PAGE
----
Toy hunting is something I usually enjoy. The weekly ritual of hitting Target, Walmart, and Toys R Us (wash, rinse, repeat) looking for the newest Transformers, Marvel, or DC figures is just a part of my weekly routine. There’s always something to look for, and whatever success I have varies from week to week. Now, these three stores are the usual spots for the average colletor, but those of us in the Pacific North West are also fortunate enough to be surrounded by Fred Meyer stores which are also very fertile hunting grounds. Nine out of ten toys I buy, of those available at retail, come from one of these four stores. But every now and then toys show up in random places that throw my hunting routine all out of whack and push my sanity to the limits.
This past week two very much sought-after Transformers figures – “Reveal the Shield” Jazz and Tracks – have been showing up early at Walgreens stores. WALGREENS, for crying out loud. This is not a store that should be getting hot new toys first ahead of the big boys. See, there are plenty of Walgreens locations everywhere. Getting to the stores to do the hunting isn’t the problem. The problem is the way Walgreens stocks their figures/toys. Each store doesn’t receive a case of figures like every other store does – the Walgreens distribution centers get the cases, and then break the cases up and send each store what it needs. Walgreens has a one out, one in policy when it comes to stocking and restocking. Meaning if they sell one Transformer, then they get one Transformer to put back on the pegs with their store shipments. Say a new Transformers wave comes in a case of four (four different figures), and a Walgreens has just sold one Transformer and is getting a restock. It could be any of the four figures from that case that will be sent to that store, and there’s no way to know which it will be. Realistically, ONE case could be split among four stores throughout the city, which makes hunting down one or two figures decidedly inconvenient. It’s a royal pain-in-the-ass, is what it is. I managed to find Jazz, but Tracks still eludes me. And I am so sick of going to Walgreens after Walgreens when the odds are definitely not in my favor of finding it. Ugh. It’s taken toy hunting into new realms of depressing hell. Seriously, if you want to feel like you hate yourself in a jiffy, spend an afternoon going from Walgreens to Walgreens. MAKE. IT. STOP.
Ross stores have also been added to the “route” this past week as well. Some Ross stores have been receiving Transformers Ultra Class figures – Hardhead, Powerglide, and Skyfall – that were Walmart exclusives a year ago. These figures sat around most Walmarts virtually untouched for months, even on clearance. Then a new upgrade set was made for Hardhead by a third party company and suddenly a shelf-warming repaint became a very in-demand figure almost overnight, fetching anywhere from $65 to $100 on ebay. It’s nuts. Then, out of nowhere, someone in California finds a Hardhead at a Ross for $15, and suddenly every Transformers fan is going bananas running from Ross to Ross in search of this very elusive figure as well as the other two. The typical Ross has a toy department no bigger than the average port-a-potty, so they’re not exactly getting a lot of these, if any at all. Most sightings have been for only two of these Ultras at a time, one of which MIGHT be a Hardhead if that store happened to have the luck of the draw. AND, on top of this, Ross isn’t exactly known to restock. They just sell what other stores couldn’t, so if a store received one Hardhead, that could very well be the only Hardhead that store receives, thus making the competition for these fierce between not only collectors, but scalpers who are aware of the sure-fire “cash in” opportunities that accompany such a figure. This is something that will drive even the most dedicated and resilient toy hunter stark freakin’ INSANE. And I was almost to that point.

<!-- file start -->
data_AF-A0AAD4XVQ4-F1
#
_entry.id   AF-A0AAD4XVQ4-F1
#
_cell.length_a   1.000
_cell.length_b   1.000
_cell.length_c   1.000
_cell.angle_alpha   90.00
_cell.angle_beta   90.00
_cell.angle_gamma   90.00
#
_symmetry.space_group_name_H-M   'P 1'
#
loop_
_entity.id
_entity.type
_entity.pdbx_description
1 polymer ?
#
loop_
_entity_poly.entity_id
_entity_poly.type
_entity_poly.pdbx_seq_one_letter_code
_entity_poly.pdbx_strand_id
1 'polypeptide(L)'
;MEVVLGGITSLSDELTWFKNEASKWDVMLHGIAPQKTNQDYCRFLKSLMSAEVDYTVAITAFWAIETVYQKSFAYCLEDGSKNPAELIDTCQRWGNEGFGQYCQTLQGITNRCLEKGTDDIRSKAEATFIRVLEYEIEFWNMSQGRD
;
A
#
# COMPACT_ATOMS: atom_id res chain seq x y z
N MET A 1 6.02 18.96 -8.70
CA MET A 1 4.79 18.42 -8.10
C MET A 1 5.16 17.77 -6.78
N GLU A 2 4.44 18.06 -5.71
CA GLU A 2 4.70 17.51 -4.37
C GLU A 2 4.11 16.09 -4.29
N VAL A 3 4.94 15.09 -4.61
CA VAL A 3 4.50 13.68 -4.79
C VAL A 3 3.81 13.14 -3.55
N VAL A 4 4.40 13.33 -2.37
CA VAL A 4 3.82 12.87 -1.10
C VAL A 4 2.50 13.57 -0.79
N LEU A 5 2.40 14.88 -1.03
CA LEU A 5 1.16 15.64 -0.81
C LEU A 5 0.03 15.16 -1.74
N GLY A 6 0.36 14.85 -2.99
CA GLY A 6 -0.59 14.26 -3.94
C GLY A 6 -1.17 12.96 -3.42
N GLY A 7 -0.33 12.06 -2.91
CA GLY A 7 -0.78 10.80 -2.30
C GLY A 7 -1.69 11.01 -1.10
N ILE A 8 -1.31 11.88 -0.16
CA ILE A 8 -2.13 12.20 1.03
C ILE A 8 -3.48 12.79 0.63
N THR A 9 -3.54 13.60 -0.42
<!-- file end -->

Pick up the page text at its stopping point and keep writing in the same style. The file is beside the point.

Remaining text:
On “Grey Saturday” (the day after Black Friday) I rolled the dice and drove to a Ross that is really nowhere near where I live, but still within driving distance. I walked in not expecting to find jack-diddly-squat on this fool’s errand, but what’s the first thing I saw on the shelves? Hardhead. HARDHEAD! It was the only of these Ultra figures in the store and it was just sitting there. On the top shelf. At the front of the store. Where ANYONE could have seen it and snatched it. Needless to say, I practically dove for the thing and bolted to the register and then to my car like Smeagol clutching the precious. MY precious!
It doesn’t happen often, but sometimes toy hunting can take my beloved hobby and turn it into something I wouldn’t inflict on my worst enemy. The lengths we go through to build our collections as collectors is worthy of serious sociological study, in my opinion, and it’s something I can’t decide is hilarious or depressing. It all depends on the context, I guess, but all I know right now is I’m still hunting down a Tracks, so I’ll be hitting more Walgreens this week. Son of a bitch.